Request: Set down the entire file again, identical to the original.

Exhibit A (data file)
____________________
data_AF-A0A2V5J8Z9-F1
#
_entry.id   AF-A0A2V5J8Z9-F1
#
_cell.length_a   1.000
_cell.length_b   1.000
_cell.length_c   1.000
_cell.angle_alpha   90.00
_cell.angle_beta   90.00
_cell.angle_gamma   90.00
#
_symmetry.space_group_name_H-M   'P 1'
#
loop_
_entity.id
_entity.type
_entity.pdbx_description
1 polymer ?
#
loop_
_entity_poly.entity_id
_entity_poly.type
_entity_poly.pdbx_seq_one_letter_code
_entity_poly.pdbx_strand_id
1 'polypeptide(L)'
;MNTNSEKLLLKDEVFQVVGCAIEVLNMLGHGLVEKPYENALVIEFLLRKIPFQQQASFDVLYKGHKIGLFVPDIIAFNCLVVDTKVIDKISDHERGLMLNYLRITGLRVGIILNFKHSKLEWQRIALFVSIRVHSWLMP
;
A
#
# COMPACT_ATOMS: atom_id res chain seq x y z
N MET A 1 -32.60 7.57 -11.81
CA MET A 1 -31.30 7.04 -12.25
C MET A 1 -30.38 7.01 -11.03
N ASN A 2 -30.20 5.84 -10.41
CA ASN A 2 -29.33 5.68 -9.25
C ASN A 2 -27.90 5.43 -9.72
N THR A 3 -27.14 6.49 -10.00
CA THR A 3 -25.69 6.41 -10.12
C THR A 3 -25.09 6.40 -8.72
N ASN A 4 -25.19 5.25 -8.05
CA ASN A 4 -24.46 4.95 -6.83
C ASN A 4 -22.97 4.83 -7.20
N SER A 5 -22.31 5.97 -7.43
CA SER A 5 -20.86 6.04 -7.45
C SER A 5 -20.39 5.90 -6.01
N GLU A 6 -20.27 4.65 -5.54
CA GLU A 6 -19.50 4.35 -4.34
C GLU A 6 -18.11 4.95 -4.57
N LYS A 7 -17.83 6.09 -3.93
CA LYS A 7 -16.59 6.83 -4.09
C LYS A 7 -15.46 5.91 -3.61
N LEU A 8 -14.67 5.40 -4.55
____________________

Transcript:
data_AF-A0A2V5J8Z9-F1
#
_entry.id   AF-A0A2V5J8Z9-F1
#
_cell.length_a   1.000
_cell.length_b   1.000
_cell.length_c   1.000
_cell.angle_alpha   90.00
_cell.angle_beta   90.00
_cell.angle_gamma   90.00
#
_symmetry.space_group_name_H-M   'P 1'
#
loop_
_entity.id
_entity.type
_entity.pdbx_description
1 polymer ?
#
loop_
_entity_poly.entity_id
_entity_poly.type
_entity_poly.pdbx_seq_one_letter_code
_entity_poly.pdbx_strand_id
1 'polypeptide(L)'
;MNTNSEKLLLKDEVFQVVGCAIEVLNMLGHGLVEKPYENALVIEFLLRKIPFQQQASFDVLYKGHKIGLFVPDIIAFNCLVVDTKVIDKISDHERGLMLNYLRITGLRVGIILNFKHSKLEWQRIALFVSIRVHSWLMP
;
A
#
# COMPACT_ATOMS: atom_id res chain seq x y z
N MET A 1 -32.60 7.57 -11.81
CA MET A 1 -31.30 7.04 -12.25
C MET A 1 -30.38 7.01 -11.03
N ASN A 2 -30.20 5.84 -10.41
CA ASN A 2 -29.33 5.68 -9.25
C ASN A 2 -27.90 5.43 -9.72
N THR A 3 -27.14 6.49 -10.00
CA THR A 3 -25.69 6.41 -10.12
C THR A 3 -25.09 6.40 -8.72
N ASN A 4 -25.19 5.25 -8.05
CA ASN A 4 -24.46 4.95 -6.83
C ASN A 4 -22.97 4.83 -7.20
N SER A 5 -22.31 5.97 -7.43
CA SER A 5 -20.86 6.04 -7.45
C SER A 5 -20.39 5.90 -6.01
N GLU A 6 -20.27 4.65 -5.54
CA GLU A 6 -19.50 4.35 -4.34
C GLU A 6 -18.11 4.95 -4.57
N LYS A 7 -17.83 6.09 -3.93
CA LYS A 7 -16.59 6.83 -4.09
C LYS A 7 -15.46 5.91 -3.61
N LEU A 8 -14.67 5.40 -4.55